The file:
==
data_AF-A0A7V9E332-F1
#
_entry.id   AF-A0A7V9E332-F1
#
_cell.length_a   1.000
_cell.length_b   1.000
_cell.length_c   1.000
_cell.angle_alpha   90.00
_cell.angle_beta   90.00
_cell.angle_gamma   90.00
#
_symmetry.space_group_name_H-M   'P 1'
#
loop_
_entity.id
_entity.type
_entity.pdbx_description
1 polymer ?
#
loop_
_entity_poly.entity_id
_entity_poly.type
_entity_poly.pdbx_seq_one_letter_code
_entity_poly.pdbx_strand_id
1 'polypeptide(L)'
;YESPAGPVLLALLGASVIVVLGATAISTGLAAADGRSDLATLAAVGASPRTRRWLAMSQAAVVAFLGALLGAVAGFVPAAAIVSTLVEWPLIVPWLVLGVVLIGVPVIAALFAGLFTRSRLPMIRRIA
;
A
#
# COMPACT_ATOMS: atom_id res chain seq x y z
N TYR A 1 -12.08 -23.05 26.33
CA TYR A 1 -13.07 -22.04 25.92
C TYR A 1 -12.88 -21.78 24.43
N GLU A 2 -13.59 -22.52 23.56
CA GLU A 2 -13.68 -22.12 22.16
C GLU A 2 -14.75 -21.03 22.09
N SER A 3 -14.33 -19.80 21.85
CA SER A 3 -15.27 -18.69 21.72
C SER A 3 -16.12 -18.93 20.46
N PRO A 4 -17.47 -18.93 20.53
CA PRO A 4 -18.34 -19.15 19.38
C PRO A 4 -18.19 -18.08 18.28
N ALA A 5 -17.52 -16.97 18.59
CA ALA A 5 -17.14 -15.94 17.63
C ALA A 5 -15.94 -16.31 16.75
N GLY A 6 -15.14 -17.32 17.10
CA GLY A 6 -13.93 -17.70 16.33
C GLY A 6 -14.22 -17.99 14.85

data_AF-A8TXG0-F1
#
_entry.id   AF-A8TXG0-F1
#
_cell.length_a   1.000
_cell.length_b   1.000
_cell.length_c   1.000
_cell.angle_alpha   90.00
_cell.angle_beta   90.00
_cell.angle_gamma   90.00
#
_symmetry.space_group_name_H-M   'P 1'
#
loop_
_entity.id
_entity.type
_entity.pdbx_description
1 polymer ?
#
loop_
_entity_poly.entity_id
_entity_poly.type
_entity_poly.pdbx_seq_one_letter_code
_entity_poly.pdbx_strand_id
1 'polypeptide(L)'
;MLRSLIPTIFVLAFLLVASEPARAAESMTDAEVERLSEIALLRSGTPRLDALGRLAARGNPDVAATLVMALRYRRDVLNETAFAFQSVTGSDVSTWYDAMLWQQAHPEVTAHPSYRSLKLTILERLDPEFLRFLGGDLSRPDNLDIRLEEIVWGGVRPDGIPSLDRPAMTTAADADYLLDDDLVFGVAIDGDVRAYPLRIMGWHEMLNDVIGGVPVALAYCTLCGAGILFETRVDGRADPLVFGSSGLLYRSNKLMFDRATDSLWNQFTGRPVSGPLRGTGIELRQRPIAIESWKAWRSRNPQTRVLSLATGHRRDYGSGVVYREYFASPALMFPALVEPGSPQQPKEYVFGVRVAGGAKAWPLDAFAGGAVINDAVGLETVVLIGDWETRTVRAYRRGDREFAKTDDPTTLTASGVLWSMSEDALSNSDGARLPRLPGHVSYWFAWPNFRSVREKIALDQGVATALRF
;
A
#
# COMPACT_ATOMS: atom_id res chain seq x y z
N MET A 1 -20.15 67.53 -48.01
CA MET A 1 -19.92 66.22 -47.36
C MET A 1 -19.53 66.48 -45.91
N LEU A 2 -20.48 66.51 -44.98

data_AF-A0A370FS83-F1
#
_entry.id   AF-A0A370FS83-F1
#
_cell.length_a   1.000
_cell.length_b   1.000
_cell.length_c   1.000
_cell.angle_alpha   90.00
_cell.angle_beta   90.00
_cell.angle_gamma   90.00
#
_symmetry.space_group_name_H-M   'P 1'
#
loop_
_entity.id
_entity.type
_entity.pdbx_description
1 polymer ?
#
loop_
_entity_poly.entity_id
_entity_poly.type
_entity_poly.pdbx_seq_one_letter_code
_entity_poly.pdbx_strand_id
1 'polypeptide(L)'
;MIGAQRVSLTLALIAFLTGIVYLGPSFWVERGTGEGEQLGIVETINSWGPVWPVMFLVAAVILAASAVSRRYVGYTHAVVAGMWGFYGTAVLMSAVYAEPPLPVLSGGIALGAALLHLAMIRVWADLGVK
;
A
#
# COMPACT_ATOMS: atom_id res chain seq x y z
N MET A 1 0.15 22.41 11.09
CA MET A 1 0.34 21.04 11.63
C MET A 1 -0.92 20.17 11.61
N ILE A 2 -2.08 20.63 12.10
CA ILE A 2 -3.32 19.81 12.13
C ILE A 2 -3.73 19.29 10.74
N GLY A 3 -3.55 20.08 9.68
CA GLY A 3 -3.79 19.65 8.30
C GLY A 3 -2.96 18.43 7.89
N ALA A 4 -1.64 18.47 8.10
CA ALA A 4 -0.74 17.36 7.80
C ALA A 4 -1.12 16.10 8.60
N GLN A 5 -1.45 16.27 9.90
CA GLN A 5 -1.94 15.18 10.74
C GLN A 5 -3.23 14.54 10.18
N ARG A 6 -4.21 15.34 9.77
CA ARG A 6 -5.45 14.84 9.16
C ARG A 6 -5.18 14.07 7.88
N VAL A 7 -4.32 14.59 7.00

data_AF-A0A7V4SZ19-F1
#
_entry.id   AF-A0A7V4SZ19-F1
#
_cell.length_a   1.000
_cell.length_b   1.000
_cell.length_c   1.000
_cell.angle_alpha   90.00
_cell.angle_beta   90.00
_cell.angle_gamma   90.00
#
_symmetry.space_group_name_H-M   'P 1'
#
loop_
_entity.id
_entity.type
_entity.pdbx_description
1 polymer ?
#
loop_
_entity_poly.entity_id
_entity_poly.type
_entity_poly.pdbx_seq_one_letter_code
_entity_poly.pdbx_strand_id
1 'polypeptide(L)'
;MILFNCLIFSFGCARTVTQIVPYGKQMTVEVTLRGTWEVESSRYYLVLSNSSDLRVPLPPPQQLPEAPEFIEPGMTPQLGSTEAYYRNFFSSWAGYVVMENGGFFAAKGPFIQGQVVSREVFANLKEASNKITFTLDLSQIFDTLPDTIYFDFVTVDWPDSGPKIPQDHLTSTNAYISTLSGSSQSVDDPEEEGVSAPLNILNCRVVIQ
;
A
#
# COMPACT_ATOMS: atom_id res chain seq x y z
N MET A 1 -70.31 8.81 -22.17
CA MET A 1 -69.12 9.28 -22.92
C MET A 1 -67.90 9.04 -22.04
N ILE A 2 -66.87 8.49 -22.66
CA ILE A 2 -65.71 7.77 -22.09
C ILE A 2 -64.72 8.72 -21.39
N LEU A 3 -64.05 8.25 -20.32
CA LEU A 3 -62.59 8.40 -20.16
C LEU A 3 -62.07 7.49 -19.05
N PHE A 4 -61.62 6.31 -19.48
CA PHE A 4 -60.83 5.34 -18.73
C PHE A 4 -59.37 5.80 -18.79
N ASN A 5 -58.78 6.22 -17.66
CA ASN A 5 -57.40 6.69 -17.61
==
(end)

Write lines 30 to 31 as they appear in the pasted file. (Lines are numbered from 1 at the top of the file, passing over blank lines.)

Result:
# COMPACT_ATOMS: atom_id res chain seq x y z
N TYR A 1 -12.08 -23.05 26.33